Washington, July 9 : Researchers have found that older adults with both hearing and visual impairments--or dual sensory impairment--had a significantly higher risk for dementia.
The study, published in the journal Alzheimer's & Dementia: Diagnosis, Assessment & Disease Monitoring, said that hearing and vision loss are independently associated with dementia, but the impact of dual sensory impairment on dementia risk is not well understood.
"Evaluation of vision and hearing in older adults may predict who will develop dementia and Alzheimer's," said study lead author Phillip H Hwang from the University of Washington in the US.
"This has important implications on identifying potential participants in prevention trials for Alzheimer's disease, as well as whether treatments for vision and hearing loss can modify risk for dementia," Hwang added.
In the study of 2,051 older adults (22.8 per cent with hearing or visual impairment and 5.1 per cent with both impairments) who were followed over eight years, dual sensory impairment was associated with an 86 per cent higher risk for dementia compared with having no sensory impairments.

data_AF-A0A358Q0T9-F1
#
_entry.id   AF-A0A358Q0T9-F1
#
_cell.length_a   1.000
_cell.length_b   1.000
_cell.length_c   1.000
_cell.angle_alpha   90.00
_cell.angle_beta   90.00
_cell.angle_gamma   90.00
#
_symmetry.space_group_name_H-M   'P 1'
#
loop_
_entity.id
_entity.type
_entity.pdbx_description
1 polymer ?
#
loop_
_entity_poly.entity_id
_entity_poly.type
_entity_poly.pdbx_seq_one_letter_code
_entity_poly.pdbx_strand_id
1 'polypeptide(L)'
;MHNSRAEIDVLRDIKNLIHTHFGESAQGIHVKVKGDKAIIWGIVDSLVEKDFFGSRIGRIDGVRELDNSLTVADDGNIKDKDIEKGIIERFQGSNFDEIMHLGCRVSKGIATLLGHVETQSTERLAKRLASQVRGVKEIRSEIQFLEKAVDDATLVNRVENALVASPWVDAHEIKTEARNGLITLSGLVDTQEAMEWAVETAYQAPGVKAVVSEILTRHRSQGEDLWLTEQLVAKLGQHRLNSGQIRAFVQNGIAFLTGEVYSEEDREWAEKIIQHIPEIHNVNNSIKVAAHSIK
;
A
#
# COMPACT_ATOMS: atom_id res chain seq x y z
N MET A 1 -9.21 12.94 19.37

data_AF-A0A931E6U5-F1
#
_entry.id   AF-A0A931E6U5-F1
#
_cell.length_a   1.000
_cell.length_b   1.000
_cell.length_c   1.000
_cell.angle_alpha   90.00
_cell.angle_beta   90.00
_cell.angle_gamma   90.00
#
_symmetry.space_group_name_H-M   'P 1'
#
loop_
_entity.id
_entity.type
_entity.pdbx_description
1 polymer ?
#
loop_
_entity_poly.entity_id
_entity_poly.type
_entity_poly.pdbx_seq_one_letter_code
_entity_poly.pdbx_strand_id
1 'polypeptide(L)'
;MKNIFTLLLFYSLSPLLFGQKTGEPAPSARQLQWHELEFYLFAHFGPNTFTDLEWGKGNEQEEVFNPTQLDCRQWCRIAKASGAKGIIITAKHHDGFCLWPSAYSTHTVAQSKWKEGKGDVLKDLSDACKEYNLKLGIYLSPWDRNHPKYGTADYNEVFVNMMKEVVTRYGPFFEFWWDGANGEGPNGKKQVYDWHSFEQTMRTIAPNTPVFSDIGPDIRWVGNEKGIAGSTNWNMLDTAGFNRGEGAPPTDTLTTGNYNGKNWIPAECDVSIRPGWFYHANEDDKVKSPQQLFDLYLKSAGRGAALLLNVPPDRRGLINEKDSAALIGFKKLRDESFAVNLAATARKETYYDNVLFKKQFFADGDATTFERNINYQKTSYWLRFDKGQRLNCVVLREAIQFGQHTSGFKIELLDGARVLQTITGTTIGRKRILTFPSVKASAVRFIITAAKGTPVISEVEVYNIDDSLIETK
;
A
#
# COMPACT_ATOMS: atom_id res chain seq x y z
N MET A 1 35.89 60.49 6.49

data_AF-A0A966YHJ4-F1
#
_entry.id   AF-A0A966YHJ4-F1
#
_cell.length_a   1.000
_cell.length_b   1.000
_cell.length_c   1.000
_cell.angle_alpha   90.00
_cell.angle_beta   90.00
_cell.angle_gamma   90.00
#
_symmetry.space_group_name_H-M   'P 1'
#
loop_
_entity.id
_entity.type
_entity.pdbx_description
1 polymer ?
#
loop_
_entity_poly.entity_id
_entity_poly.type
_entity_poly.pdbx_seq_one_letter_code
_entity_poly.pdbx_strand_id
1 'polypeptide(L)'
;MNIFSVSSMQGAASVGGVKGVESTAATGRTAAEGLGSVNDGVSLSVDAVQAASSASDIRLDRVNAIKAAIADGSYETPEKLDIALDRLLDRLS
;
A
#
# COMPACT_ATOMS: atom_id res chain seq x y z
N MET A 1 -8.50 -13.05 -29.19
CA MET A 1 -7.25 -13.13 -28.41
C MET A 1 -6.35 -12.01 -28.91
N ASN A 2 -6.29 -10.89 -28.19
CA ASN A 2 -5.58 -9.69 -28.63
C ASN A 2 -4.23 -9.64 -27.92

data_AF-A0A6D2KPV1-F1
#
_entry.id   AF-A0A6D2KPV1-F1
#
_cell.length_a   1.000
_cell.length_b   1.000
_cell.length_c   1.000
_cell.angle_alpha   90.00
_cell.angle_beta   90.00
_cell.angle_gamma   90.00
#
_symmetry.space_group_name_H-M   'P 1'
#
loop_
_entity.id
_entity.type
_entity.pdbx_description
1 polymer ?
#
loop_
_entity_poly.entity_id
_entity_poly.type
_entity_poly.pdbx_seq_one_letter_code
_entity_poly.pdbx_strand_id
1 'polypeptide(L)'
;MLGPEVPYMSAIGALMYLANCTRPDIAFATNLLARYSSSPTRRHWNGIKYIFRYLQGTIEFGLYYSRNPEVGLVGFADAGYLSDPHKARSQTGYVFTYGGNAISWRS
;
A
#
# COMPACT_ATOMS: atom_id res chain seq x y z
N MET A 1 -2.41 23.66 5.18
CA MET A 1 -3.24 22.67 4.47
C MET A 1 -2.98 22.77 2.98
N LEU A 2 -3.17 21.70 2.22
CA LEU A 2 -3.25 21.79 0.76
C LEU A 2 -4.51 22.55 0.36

During follow-up, dementia developed in 14.3 per cent in those with no sensory impairments, 16.9 per cent in those with one sensory impairment, and 28.8 per cent in those with dual sensory impairment.
The findings showed that participants with dual sensory impairment were also twice as likely to develop Alzheimer's disease (the most common form of dementia) than those without sensory impairments.
"Dual sensory impairment was independently and strongly associated with an increased risk of allacause dementia and Alzheimer's disease," the study author wrote.
The researchers noted that further research is needed to characterise the exact role of sensory impairments and whether treatments that improve sensory function, such as surgery or sensory aids, devices, and prostheses, can modify this risk.